... however, he couldn't sing or dance or play music, and wasn't Obama, either.

Comment by greenheron on November 22, 2016 at 12:06pm

When white people do this, it is so embarrassing. Single out a Special Negro they deem worthy of white praise. Nothing says I’m white and I’m superior quite like talking about how much you admire Jackie Robinson. Or Nellie Lutcher (a twofer! A woman and black too!). Not Obama though. Never Obama. All that major power. Confident, and so darned uppity.

Are you surprised that black people do not appreciate your praise, that they see you there behind your veil? Or that lots of white people wish you’d please just stop doing this? It makes us look so extra-awful.

tr ig! God bless that Roy! I have a black student who always got As. She is so smart, Flolynda! The bestest smartest talentedest black student ever. Except you know what? She was here illegally in the US with her family and the day after the election she withdrew from the college and her family fled the country. She came to say goodbye and we hugged and cried and cried. She's a real gone gal and I love her, deed I do.

Thanks, Trump!!

Comment by Gordon Osmond on November 22, 2016 at 12:07pm

@ks

Look at the title of my article with which you seem to have a problem.

\Many blacks, half or whole, inspire me. BO doesn't happen to be one of them.

Comment by Gordon Osmond on November 22, 2016 at 12:52pm

My god, greenheron, I'm surprised the weight of the paranoiac chip on your shoulder allows you to remain standing. You seem to be suggesting that any white guy who admires one black is a racist if he doesn't admire the lot.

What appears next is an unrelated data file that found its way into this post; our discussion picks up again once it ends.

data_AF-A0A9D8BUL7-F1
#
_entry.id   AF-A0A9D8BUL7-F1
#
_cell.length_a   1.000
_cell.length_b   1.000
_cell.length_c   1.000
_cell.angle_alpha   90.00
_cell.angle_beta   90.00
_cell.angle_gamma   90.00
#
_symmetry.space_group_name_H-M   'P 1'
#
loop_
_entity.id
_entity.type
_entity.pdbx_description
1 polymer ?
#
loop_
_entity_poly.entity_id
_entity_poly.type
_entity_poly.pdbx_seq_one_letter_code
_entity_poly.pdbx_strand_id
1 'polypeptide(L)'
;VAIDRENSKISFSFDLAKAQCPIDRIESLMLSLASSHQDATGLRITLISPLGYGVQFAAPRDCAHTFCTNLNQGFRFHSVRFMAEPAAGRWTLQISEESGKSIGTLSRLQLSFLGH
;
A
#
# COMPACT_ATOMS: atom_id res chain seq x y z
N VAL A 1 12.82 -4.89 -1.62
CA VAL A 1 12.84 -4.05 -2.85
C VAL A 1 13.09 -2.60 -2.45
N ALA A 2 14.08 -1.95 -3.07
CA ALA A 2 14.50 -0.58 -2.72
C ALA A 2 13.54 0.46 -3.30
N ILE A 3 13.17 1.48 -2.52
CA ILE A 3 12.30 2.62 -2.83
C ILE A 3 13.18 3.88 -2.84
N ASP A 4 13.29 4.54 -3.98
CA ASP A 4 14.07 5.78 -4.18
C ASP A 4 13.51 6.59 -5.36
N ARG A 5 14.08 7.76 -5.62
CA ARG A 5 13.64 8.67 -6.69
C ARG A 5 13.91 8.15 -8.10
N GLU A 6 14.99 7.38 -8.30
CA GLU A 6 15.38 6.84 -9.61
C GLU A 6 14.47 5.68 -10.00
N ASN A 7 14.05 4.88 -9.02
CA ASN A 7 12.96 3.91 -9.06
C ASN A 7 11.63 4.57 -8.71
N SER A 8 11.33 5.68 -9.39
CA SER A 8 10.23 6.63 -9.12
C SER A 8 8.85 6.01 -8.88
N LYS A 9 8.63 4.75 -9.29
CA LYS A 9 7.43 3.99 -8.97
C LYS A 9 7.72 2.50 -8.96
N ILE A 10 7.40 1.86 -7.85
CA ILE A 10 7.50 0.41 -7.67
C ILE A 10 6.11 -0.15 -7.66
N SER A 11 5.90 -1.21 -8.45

How stupid!: Nellie Lutcher was a supremely gifted artist. Barack Obama is a pompous,ego-obsessed, misguided political parasite who came dangerously close to achieving his rancid dream of transforming the country that lavished its riches upon him. Thank heavens the public elected Trump to save the day.

BTW, my wide circle of friends, including blacks, whites, and shades in between, share my views and my pity for those as misguided as you.

Get help.

Clear enough?

Comment by Ron Powell on November 22, 2016 at 6:38pm

Comment by Ron Powell on November 22, 2016 at 6:41pm

This will be the last comment I make on any post of yours.

There is no conversation to be had here.

Comment by Gordon Osmond on November 23, 2016 at 6:01am

Double thanks, RP, for the clip and your resolve for the future.

Comment by Gordon Osmond on November 23, 2016 at 6:57am

I'm giving up on those who post comments that resemble a room full of feathers

I posted a simple tribute to a black singer who had introduced me at a very young age to the richness of black contributions to American culture. I also made it clear in the title that my tribute was based on individualistm, not collectivism.

In response I received tortured complaints about condescending racism on my part. This is a typical, but remarkably ineffective, political device. President Hillary, anyone?

I simply don't have the time or inclination to respond to this nonsense. So don't be surprised if it's survival of the fittest on my blogs